It's that time of year when we all make resolutions to lose weight, eat healthy, save money and do all those other things that the US government recommends we do. After doing a little digging, we found that recommending new year's resolutions is actually a long-standing habit of American government officials, dating all the way back to our founding fathers.* If you're looking for something more substantial than a gym membership, how about committing to apply Thomas Jefferson's canons of conduct to your life?
A DOZEN CANONS OF CONDUCT IN LIFE
1. Never put off to tomorrow what you can do to-day.
2. Never trouble another with what you can do yourself.
3. Never spend your money before you have it.
4. Never buy a thing you do not want, because it is cheap, it will be dear to you.
5. Take care of your cents: Dollars will take care of themselves.
6. Pride costs us more than hunger, thirst and cold.
7. We never repent of having eat too little.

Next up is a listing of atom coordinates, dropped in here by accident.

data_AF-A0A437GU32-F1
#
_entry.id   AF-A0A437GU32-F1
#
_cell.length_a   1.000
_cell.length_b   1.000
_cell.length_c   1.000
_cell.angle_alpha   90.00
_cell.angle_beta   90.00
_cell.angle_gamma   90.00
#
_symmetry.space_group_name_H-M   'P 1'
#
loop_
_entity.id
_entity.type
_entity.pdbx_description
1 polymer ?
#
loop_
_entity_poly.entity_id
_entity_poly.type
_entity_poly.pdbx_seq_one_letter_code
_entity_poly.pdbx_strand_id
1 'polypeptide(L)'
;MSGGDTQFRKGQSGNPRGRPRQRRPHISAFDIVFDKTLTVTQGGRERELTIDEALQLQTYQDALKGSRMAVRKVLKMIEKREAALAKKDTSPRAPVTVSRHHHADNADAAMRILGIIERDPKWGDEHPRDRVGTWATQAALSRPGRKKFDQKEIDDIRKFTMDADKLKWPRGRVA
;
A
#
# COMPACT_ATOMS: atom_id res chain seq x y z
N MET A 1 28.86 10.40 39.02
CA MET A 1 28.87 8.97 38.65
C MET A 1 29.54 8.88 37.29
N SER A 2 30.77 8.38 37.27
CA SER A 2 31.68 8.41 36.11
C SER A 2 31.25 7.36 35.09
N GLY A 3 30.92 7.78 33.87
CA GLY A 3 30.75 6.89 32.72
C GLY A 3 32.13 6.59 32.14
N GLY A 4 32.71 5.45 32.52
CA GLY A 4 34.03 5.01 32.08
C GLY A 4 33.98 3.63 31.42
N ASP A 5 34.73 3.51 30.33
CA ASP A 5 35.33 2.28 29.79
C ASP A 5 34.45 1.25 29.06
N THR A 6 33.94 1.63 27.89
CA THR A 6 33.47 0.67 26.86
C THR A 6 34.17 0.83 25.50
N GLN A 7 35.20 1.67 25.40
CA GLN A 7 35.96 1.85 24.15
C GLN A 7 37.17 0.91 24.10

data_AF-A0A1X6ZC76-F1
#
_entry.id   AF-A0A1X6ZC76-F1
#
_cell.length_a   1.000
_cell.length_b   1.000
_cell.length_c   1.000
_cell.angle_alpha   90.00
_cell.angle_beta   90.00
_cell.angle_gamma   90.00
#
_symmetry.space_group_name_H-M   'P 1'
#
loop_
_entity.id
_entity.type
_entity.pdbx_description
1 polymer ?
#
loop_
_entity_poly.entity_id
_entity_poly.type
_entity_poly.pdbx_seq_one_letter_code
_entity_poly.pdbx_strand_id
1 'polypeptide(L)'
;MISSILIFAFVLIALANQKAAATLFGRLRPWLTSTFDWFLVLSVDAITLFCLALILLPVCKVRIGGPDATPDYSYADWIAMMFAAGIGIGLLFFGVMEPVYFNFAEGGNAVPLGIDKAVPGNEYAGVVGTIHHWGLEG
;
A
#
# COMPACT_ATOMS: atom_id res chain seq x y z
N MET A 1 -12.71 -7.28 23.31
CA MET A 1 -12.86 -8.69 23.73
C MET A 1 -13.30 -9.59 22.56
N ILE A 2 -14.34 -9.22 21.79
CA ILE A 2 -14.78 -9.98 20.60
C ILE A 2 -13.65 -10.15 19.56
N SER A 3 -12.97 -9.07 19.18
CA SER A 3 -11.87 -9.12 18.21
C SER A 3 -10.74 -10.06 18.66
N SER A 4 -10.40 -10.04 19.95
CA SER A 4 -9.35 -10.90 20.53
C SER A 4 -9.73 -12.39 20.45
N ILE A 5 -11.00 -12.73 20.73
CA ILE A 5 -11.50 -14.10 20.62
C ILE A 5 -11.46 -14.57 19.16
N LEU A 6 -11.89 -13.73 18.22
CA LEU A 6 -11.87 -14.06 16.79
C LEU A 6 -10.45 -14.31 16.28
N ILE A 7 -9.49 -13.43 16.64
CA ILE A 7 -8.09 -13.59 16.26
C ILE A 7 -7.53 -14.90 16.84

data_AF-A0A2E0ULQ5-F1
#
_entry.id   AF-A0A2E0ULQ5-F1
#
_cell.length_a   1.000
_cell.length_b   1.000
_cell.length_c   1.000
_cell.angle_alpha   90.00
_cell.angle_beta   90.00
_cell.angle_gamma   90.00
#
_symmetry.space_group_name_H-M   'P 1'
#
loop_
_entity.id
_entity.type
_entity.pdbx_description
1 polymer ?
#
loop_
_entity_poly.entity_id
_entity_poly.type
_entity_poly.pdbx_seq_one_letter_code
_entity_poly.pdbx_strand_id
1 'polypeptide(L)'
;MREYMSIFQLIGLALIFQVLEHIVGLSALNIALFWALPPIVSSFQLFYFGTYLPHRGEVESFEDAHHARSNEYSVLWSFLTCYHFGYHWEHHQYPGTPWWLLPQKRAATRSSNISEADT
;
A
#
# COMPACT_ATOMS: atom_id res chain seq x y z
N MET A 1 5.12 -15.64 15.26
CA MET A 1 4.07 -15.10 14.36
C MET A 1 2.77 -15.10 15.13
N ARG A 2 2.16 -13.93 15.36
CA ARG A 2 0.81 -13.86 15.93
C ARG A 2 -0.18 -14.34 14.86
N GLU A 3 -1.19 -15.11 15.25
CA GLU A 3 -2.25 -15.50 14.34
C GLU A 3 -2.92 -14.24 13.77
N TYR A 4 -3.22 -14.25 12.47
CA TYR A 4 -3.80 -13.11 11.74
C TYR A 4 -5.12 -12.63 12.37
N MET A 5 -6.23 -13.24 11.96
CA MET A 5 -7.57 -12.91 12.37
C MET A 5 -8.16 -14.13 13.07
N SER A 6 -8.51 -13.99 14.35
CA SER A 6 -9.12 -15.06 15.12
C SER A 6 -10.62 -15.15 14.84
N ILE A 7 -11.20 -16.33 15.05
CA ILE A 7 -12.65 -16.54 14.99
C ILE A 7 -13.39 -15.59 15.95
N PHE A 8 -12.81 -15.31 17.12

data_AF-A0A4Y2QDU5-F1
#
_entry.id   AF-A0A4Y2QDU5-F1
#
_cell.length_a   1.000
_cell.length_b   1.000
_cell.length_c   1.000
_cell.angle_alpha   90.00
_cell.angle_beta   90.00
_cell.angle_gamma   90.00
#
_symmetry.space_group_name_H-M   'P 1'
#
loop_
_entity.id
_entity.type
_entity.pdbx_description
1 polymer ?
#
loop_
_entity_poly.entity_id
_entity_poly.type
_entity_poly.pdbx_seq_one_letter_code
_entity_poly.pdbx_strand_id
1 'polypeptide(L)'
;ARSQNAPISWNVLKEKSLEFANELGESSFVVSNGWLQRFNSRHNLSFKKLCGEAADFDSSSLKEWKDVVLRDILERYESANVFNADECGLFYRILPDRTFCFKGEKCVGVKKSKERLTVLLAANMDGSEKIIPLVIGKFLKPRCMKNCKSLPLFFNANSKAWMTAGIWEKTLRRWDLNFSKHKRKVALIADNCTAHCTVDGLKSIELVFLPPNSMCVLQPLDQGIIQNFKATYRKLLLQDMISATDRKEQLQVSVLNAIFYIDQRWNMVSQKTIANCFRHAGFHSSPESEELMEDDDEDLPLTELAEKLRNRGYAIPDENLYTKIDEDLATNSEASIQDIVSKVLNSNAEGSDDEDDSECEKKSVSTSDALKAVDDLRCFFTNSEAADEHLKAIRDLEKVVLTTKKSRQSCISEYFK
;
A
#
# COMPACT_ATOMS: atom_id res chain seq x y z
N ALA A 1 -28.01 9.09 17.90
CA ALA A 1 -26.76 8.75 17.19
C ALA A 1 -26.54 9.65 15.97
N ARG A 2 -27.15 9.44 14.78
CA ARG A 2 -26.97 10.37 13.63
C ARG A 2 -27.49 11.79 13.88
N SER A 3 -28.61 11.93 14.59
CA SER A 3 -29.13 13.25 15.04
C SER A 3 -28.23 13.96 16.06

8. Nothing is troublesome that one does willingly.
9. How much pain have cost us the evils which have never happened.
10. Take things always by their smooth handle.
11. Think as you please, and so let others, and you will have no disputes.
12. When angry, count 10 before you speak; if very angry, 100.
We're still not exactly sure what number 10 means, though the guys over at The Jefferson Monticello have taken a crack at it. Happy new year, stay safe, and be careful with the explosives! (Also, shout out to all the folks on the GenJ new year's chat).
*Resolutions may or may not have been specifically recommended for New Year's. Most likely not.
By Nick Barden
Photo from the Jefferson Encyclopedia.